1. Get an infusion of new blood. In John 15, Jesus pictures Himself and the church as a vine tree. If you look at any vine, the branches extend outward as the tree grows. So long as the tree is growing outwardly, it will live and continue to grow. Jesus Christ is the Vine, and we are the branches. His nature is to grow outwardly. When a church suffers from koinonitis, it becomes a vine that stops growing outward, even perversely grows inward (an “unvine”). For that reason, the prognosis of koinonitis is living death Revelation 3:1. A new-blood infusion can reverse the symptoms.
  1. Get out there. When Paul planted a few churches in the major cities of a province, he considered the entire province to be evangelized (implied in Romans 16:18-27). Why? Because he planted churches in strategic centers and expected them to naturally evangelize their surrounding districts. Paul had built into the foundation of the church God’s heart for the world. The best thing we can do to prevent koinonitis is to explore ways to naturally develop relationships with people “outside the bubble” so to speak, and to find fresh ways of telling our story to them, including showing it to them acts of compassion and healing.

If getting out of the bubble means the vine is growing, that’s great. But if getting out of the bubble means you despise the miracle of being part of the community God has formed, that’s not so good. If getting out of the bubble means you want to be free of being in covenant with both the bad-rule-makers and discomforting mirrors, that’s not so good, either. Living within the constraints of love might feel like being in a bubble some of us want to pop. But every act of love or feeling of obligation is not “creeping koinonitis.” Neither thinking something is “awesome” nor saying something is “not of the Lord” is always bad just because one is not cool and the other is too hot.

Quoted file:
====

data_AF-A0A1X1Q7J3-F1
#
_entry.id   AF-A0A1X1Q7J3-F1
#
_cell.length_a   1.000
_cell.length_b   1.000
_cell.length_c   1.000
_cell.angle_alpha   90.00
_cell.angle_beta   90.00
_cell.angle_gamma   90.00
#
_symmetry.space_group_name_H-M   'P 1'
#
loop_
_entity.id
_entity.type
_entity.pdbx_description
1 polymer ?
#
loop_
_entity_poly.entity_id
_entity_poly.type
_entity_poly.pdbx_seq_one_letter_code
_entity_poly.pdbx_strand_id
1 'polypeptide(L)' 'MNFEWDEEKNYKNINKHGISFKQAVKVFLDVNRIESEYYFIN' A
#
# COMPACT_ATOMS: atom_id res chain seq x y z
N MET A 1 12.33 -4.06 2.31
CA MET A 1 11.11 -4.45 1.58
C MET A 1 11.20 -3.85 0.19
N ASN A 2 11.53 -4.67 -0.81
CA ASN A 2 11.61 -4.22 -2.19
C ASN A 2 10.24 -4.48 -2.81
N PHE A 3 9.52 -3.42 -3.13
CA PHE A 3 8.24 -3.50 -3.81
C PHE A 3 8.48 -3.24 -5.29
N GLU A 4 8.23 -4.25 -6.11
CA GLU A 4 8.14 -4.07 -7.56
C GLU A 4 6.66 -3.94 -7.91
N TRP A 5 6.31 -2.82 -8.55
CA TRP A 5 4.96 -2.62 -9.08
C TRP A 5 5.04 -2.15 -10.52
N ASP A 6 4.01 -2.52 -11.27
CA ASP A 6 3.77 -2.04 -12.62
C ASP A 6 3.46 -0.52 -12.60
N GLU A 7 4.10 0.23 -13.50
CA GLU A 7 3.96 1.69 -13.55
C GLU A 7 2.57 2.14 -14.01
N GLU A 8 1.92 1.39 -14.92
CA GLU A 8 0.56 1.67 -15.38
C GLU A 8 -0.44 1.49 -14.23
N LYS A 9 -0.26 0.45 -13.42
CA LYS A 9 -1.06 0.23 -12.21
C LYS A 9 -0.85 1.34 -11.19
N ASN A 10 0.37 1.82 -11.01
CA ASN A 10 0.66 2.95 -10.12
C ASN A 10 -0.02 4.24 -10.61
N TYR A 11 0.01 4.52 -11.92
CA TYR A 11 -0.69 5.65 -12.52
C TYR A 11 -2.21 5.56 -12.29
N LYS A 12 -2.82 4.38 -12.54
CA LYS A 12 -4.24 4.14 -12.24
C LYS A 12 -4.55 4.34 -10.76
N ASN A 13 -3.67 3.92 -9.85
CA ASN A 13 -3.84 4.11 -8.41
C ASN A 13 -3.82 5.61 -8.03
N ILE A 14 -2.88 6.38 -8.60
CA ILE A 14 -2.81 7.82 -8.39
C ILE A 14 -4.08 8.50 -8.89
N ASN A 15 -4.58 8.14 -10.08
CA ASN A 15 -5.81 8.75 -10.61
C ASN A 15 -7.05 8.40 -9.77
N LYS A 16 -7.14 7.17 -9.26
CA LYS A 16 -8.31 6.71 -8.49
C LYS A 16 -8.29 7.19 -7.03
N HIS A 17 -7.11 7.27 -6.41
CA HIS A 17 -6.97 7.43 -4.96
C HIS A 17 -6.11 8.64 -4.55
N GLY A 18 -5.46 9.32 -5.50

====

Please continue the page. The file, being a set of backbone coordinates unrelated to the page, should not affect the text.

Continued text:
We’re an organism of diverse parts enlivened by the Spirit. We are a work of God in progress. Like all organisms we can get a disease and die; we can wander into an environment that starves us and could kill us. We need to keep listening and obeying as God keeps us safe, renewed and useful in the cause of redemption.

About Rod White

Pastor for Circle of Hope, http://circleofhope.net , grandparent, church planter, peacemaker, comrade, spiritual director, psychotherapist, silence lover

2 thoughts on “Koinonitis and the bubble diagnosis

  1. This is good advice for staying out or recovering from koinonitis. I too wonder about the person wanting to be away from the circle bubble (as they called us), if they are retreating into an even smaller and less porous bubble of individual isolation, which just isn’t healthy. We’re humans, we need God and friends.